Roughly one-half of survey respondents say the mandatory minimum sentencing rules for young offenders established by Measure 11 in 1994 are fair (48%), either leaning towards that belief or definitely in agreement (Q35).
- Four in ten (39%) respondents say the rules are unfair (lean toward/definitely).
- An additional 9% don’t know enough about the issue to have an opinion and 4% feel they know about it but are undecided.
- BIPOC and white Oregonians are largely in agreement on the fairness of the Measure 11 rules, showing little difference with the overall population.
- Men, rural Oregonians, and those with school-aged children are some of the most likely to think the mandatory minimum sentencing rules are fair when it comes to young offenders.
- Those ages 75+ and college graduates are two groups that view these rules as most unfair.
Young Offenders and Opportunities for Sentence Reductions
A strong majority of survey respondents (eight in ten) say Oregon youth in the legal justice system should have the opportunity to earn sentence reductions for signs of rehabilitation, like program completions and patterns of good behavior (Q36).
- Only one in ten say they should not have the opportunity to earn sentence reductions for signs of rehabilitation.
- More than seven in ten of all demographic groups (including gender, age, region, ethnicity, and political party) agree that such groups should have the opportunity to earn sentence reductions.
- Support for this opportunity increases with higher education and income levels, and largely with age, to a high of 89% of those ages 75+.
- BIPOC and white Oregonians are largely in alignment on this issue, showing only a small five-point difference of opinion.
Oregonians in their own words: Youth in the Justice System
Oregonians have varied thoughts on youth in the justice system in Oregon. The following are some of the more common themes that surfaced, with a reoccurring emphasis on youth brain development, and the need to account for maturation in sentencing decisions (Q37):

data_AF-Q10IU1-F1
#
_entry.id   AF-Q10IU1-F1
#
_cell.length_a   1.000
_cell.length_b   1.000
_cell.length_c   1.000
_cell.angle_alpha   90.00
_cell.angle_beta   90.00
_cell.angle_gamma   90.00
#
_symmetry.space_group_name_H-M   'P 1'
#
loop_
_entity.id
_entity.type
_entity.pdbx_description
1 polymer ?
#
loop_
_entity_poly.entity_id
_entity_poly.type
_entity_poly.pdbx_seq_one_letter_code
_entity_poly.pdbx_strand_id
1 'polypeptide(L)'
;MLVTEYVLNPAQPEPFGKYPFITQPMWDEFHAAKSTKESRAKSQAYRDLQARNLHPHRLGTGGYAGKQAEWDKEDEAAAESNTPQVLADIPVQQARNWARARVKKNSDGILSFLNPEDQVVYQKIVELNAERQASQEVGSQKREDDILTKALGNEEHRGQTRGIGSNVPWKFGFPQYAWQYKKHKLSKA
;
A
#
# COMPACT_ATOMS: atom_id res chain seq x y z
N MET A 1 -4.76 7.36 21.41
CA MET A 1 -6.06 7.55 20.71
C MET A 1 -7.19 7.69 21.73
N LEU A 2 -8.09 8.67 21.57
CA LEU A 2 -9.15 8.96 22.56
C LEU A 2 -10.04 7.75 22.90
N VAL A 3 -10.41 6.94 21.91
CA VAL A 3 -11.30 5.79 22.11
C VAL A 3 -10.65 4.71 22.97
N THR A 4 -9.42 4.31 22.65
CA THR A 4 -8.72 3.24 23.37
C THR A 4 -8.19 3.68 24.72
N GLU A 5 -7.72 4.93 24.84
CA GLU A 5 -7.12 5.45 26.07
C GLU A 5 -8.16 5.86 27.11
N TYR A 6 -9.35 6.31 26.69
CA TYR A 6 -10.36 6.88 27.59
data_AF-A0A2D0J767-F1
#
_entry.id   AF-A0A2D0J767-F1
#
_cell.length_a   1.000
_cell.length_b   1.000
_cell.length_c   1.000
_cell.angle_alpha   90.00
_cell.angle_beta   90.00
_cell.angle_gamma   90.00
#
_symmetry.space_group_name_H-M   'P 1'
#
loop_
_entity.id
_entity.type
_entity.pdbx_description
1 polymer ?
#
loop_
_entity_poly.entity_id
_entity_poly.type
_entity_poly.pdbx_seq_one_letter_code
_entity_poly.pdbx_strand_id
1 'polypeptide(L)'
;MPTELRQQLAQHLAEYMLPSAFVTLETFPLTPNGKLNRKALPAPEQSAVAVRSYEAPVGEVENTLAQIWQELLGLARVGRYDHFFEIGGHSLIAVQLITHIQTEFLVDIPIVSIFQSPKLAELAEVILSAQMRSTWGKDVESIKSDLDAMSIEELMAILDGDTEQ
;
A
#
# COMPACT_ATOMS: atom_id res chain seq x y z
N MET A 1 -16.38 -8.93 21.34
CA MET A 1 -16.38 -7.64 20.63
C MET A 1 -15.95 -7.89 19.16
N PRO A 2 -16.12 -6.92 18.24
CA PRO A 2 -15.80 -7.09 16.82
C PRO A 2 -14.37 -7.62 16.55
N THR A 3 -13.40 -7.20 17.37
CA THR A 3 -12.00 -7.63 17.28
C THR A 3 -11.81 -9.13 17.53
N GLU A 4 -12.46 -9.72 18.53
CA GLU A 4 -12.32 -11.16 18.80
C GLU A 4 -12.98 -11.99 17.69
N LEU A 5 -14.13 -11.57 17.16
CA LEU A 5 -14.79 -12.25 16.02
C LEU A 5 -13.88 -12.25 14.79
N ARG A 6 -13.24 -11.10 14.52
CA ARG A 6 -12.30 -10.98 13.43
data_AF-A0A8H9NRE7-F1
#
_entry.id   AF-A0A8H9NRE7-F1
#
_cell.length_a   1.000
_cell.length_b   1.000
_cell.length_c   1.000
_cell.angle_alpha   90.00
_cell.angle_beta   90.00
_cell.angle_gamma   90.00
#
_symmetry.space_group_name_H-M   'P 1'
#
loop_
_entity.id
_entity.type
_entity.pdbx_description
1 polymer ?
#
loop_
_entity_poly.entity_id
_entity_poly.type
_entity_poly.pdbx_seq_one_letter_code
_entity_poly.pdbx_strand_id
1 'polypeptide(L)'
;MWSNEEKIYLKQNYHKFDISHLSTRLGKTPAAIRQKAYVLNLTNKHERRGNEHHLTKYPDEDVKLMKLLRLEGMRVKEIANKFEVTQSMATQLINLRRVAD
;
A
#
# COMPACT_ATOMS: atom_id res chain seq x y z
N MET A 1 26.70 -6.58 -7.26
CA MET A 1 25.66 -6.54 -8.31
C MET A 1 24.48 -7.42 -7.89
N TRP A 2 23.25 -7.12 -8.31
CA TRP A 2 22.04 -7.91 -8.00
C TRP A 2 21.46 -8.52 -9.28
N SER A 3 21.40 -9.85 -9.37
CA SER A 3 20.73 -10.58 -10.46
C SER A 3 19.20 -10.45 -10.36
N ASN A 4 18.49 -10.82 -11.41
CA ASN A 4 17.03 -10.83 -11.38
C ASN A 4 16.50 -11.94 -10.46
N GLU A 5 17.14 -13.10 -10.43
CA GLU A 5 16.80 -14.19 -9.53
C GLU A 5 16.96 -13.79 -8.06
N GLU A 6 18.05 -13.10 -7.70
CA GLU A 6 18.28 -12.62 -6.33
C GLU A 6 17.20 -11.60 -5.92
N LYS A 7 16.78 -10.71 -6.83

“I don’t think that kids should be jailed with adults. There’s a huge difference in brain development, or lack of, in youth.”Woman, age 55-64, Josephine County, White
“Sentencing kids to incarceration ensures they’re going to become institutionalized and become repeat offenders as adults without a strong support system and some type of vocational rehabilitation.”Man, age 45-54, Multnomah County, Native Hawaiian, or Other Pacific Islander
“A crime feels the same to a victim regardless of the age of the person who committed it. You do the crime, you do the time.”Woman, age 55-64, Douglas County, Native American, American Indian, or Alaska Native
“A 19-year-old’s brain isn’t even fully developed. They should be held accountable for their actions but shouldn’t spend the rest of their life paying for a mistake if rehabilitation is possible. If it is a heinous crime, they should be held in a mental health facility and given treatment. Being put in prison at 19 years old will likely have an adverse effect.”Woman, age 30-44, Coos County, White
More than nine in ten survey respondents say it is important that everyone accused of a crime has access to an attorney (Q38).
- This belief is universally high across all major demographic groups, with minimal “don’t know” responses, indicating strongly held convictions on the right to representation.